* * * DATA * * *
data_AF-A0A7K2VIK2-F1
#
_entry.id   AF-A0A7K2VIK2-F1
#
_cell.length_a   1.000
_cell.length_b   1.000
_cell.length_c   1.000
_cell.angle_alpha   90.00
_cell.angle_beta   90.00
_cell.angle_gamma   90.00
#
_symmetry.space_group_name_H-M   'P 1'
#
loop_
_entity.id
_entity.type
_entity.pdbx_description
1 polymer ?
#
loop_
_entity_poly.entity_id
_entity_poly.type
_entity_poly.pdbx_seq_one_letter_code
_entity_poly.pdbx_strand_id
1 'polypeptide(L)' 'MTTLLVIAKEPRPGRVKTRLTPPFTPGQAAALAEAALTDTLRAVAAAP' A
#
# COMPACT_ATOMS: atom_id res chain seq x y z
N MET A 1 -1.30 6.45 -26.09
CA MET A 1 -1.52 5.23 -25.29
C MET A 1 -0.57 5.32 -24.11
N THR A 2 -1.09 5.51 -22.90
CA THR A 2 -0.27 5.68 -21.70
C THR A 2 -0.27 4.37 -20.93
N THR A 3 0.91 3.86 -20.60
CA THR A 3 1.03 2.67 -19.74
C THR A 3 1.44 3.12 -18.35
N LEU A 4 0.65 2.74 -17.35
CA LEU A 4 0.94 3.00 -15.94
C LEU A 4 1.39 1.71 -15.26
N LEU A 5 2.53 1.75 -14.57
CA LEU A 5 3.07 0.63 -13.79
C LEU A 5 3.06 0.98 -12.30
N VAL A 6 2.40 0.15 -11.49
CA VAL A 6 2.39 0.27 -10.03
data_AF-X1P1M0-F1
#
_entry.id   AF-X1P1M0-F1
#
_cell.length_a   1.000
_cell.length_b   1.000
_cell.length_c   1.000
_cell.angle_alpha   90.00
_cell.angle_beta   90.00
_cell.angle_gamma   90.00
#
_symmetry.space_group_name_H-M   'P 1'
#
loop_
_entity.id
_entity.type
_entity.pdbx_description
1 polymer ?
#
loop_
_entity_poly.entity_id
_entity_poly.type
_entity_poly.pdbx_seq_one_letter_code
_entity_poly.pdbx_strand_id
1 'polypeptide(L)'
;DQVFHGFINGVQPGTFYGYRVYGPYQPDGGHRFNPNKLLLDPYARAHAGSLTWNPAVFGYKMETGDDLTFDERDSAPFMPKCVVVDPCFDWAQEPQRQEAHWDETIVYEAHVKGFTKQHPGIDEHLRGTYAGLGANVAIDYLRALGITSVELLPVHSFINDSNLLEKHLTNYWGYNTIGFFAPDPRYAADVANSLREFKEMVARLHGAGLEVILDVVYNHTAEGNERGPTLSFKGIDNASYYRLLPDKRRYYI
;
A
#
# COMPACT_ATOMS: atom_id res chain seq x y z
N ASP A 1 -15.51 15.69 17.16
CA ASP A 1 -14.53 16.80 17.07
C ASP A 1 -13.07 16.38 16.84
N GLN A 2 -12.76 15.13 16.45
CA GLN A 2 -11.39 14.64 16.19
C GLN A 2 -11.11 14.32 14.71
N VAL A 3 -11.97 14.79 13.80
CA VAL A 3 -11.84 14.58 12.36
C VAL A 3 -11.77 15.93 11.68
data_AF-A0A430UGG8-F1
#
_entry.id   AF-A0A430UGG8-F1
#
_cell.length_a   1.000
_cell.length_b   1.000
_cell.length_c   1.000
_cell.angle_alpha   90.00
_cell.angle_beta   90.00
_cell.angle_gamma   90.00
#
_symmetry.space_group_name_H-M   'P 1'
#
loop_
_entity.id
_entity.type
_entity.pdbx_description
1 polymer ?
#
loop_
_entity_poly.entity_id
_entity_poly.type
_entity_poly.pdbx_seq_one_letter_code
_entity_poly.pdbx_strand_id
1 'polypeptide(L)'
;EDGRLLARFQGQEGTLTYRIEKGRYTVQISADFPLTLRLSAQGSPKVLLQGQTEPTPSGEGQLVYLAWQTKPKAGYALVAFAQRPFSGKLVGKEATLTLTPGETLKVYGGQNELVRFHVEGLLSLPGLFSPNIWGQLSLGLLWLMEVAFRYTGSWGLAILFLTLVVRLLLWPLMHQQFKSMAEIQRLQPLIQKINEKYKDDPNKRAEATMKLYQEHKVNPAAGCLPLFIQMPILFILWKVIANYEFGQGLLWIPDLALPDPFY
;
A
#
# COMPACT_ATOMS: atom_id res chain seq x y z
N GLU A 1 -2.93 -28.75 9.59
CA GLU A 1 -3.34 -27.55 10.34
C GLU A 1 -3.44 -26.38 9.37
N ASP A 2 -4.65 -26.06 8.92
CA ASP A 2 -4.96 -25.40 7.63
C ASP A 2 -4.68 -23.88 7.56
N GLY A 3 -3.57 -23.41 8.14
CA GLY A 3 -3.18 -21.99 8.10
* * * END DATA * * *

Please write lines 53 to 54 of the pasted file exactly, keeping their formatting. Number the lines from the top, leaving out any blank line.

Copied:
_cell.angle_beta   90.00
_cell.angle_gamma   90.00